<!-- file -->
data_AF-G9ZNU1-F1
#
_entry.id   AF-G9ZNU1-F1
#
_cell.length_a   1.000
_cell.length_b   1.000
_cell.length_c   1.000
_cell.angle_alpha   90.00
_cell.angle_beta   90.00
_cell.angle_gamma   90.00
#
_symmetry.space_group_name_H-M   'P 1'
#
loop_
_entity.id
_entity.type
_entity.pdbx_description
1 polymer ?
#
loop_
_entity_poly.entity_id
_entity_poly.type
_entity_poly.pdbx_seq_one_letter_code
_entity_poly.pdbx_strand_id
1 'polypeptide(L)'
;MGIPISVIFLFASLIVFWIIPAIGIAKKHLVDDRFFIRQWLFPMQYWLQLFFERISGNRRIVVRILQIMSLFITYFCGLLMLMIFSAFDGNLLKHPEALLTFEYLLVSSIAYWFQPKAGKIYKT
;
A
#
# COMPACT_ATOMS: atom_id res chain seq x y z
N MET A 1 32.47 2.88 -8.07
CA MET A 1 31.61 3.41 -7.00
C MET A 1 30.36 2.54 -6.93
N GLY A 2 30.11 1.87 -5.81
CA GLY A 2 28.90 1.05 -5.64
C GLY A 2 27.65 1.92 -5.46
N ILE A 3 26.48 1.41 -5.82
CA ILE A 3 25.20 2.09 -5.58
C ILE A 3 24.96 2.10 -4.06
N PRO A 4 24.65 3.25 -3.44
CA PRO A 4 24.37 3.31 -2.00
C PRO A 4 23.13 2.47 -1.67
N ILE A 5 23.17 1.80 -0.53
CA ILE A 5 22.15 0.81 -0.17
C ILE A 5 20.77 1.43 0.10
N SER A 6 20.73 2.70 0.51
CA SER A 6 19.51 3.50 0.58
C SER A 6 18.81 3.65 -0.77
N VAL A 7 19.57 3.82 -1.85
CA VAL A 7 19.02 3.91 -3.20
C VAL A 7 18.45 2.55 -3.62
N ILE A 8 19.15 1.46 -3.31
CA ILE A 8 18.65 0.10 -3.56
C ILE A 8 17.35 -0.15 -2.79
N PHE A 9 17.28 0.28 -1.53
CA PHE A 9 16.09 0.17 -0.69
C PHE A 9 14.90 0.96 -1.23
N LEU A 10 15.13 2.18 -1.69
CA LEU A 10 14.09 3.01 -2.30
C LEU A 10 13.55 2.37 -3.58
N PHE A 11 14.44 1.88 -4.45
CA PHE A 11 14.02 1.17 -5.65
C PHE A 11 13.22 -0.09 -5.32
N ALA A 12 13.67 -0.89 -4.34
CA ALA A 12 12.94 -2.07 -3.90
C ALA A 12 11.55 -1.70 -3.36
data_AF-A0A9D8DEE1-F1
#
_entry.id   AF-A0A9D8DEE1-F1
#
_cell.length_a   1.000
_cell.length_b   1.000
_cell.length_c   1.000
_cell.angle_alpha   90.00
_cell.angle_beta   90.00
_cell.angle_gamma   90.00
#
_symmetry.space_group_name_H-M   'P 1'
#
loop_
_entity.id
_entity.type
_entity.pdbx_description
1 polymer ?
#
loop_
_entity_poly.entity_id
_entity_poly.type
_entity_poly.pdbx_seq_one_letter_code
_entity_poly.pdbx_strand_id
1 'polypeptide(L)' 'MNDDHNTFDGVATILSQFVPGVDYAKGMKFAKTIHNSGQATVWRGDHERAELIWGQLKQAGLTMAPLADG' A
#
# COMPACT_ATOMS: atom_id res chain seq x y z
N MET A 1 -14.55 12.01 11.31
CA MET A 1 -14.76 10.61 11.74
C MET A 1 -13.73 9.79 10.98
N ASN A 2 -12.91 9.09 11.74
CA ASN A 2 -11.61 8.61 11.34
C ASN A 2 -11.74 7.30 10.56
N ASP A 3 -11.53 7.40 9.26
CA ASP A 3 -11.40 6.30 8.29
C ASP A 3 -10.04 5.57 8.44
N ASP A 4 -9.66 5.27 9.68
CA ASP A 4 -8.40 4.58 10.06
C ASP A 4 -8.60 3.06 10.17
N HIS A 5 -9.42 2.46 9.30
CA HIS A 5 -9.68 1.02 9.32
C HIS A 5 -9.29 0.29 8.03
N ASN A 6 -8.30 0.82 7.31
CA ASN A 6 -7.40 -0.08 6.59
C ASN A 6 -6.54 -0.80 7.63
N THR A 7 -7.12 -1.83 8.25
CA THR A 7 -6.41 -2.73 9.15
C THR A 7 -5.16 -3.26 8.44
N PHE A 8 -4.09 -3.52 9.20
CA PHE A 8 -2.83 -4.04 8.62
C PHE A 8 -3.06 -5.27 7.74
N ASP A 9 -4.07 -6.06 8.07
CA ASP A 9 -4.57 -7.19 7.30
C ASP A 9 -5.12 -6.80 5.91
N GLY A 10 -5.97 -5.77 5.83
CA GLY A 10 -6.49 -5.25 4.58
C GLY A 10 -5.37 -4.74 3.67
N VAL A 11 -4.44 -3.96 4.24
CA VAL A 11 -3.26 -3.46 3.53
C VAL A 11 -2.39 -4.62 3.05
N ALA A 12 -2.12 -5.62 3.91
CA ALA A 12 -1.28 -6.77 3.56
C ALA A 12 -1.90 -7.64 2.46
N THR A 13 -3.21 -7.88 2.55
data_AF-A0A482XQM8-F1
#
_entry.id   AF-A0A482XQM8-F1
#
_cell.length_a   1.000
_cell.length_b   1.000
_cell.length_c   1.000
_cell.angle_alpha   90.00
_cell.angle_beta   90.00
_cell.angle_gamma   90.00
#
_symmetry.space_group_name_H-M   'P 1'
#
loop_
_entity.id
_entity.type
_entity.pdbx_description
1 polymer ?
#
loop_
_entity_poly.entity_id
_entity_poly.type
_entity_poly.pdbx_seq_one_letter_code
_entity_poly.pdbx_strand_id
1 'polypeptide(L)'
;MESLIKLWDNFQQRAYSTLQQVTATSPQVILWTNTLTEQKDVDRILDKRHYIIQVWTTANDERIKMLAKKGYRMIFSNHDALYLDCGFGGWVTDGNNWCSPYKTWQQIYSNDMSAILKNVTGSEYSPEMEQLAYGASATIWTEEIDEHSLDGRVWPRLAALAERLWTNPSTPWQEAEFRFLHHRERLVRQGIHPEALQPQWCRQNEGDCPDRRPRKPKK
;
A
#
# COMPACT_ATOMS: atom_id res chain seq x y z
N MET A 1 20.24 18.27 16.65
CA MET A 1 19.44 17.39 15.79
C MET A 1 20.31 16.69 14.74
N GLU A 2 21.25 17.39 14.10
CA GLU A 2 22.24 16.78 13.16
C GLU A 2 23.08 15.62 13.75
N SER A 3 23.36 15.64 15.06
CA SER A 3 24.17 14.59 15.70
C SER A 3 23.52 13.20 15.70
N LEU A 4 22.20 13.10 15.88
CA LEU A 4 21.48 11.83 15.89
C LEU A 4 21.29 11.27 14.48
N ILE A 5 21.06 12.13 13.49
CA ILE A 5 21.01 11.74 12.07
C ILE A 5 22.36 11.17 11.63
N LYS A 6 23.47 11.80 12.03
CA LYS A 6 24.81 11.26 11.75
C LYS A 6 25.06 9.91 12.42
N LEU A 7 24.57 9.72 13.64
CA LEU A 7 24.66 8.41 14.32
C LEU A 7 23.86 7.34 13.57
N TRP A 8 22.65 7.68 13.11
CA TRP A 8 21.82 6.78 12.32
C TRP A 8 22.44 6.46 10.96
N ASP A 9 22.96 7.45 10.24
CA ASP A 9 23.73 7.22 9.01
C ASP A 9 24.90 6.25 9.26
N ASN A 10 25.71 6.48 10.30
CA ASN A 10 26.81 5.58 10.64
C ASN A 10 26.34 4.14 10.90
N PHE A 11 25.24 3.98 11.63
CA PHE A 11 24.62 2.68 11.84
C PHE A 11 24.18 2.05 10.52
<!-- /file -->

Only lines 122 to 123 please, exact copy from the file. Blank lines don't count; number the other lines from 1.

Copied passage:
CA GLY A 10 -6.49 -5.25 4.58
C GLY A 10 -5.37 -4.74 3.67